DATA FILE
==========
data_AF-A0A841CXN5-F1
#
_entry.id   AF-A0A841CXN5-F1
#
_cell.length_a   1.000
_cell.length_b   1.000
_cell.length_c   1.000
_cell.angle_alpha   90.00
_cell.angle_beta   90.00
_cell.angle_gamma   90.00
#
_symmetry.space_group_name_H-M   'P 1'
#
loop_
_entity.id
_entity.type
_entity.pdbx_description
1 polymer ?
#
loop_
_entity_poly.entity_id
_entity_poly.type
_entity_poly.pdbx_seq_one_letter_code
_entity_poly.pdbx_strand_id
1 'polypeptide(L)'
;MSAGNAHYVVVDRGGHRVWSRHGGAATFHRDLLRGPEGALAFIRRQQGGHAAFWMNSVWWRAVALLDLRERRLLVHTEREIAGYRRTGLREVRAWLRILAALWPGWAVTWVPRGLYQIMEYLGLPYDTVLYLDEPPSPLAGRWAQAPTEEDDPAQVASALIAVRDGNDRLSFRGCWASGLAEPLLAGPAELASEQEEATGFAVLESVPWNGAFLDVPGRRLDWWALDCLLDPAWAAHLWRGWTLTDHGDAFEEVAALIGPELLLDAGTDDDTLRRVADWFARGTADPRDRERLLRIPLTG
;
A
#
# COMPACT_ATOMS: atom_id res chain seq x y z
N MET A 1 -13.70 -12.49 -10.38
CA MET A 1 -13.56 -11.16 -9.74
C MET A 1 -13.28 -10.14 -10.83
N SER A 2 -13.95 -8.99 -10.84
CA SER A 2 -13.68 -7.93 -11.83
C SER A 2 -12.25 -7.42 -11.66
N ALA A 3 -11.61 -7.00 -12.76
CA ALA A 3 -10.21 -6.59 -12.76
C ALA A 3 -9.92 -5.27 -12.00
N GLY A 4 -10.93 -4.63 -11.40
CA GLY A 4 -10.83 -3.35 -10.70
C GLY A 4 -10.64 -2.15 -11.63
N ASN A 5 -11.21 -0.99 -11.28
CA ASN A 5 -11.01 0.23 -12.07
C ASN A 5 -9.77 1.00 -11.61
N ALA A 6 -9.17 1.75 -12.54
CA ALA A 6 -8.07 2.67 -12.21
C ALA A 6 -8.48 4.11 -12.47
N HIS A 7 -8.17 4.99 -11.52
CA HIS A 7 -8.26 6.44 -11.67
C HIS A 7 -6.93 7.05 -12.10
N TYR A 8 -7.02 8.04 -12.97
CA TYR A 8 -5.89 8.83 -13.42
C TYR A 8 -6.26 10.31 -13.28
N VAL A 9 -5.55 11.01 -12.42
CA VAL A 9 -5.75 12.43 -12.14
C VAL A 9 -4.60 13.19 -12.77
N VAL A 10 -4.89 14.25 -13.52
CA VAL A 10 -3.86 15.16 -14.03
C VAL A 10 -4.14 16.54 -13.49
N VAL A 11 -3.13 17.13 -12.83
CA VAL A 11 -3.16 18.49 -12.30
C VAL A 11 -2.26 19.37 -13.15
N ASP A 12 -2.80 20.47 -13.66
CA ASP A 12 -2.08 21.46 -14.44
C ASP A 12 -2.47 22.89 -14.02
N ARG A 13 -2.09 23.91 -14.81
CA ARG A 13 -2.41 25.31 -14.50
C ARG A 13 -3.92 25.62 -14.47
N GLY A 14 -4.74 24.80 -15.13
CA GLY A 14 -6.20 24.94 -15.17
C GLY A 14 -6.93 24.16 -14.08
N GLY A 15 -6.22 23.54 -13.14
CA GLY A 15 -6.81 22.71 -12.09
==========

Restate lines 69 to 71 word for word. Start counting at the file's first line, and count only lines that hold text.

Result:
C ARG A 13 -3.92 25.62 -14.47
N GLY A 14 -4.74 24.80 -15.13
CA GLY A 14 -6.20 24.94 -15.17